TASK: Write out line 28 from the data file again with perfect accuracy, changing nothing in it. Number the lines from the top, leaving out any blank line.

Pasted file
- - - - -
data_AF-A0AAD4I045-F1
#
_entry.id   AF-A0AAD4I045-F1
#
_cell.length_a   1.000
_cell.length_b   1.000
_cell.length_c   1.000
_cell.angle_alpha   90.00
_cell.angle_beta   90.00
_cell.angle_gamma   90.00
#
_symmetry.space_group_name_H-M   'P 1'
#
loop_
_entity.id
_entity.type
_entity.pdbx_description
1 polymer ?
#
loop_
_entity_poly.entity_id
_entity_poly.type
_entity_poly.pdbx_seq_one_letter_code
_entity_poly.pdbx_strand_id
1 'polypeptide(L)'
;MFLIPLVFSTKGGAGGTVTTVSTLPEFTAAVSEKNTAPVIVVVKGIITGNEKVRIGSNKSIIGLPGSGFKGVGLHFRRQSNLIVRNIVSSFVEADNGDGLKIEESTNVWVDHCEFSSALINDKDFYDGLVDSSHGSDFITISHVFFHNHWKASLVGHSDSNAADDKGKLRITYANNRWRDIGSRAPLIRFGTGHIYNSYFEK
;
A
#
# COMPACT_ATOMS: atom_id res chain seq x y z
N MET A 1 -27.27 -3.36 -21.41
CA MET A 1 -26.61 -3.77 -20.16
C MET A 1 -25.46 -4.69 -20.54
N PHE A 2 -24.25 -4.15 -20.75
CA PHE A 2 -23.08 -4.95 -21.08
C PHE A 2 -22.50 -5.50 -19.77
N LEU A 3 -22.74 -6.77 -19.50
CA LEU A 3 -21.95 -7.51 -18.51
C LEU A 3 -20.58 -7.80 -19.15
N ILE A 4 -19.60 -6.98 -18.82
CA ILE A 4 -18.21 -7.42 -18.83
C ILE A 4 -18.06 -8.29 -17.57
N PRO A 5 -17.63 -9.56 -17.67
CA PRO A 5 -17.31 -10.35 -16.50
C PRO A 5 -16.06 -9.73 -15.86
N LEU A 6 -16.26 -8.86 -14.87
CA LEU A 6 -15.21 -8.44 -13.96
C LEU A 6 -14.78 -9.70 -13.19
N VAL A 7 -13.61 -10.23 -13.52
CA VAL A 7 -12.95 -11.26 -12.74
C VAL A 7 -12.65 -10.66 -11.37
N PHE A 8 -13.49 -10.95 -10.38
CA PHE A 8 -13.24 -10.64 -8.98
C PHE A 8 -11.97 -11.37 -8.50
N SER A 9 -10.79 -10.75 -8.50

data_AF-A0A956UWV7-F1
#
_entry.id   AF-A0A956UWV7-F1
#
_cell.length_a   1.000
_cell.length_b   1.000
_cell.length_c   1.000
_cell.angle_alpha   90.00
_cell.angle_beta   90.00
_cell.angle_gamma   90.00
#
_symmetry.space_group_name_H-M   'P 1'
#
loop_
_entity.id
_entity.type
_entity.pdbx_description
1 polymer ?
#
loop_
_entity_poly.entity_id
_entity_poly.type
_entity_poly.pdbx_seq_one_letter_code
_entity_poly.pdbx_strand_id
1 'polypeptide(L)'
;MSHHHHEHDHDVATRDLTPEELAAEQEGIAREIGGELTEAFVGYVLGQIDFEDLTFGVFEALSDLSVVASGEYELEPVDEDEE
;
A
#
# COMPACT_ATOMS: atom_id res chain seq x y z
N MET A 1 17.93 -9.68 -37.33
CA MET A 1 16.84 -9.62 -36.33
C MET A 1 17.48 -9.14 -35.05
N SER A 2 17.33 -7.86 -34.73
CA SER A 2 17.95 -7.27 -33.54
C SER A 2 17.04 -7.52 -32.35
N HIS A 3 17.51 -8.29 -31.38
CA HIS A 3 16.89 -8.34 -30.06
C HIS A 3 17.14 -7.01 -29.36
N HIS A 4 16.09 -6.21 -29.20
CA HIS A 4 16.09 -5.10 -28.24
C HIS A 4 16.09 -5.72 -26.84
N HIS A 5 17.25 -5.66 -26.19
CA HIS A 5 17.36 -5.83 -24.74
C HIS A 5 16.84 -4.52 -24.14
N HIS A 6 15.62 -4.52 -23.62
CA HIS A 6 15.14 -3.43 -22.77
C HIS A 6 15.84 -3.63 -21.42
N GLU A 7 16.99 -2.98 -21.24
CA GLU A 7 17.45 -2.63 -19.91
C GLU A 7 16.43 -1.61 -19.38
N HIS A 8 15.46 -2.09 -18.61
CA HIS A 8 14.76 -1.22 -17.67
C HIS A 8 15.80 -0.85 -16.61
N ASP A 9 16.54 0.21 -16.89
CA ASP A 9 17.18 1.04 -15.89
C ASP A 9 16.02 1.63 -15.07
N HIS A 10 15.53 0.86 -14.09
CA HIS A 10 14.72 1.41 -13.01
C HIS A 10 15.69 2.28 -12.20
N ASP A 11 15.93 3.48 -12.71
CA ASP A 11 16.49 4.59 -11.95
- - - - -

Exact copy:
A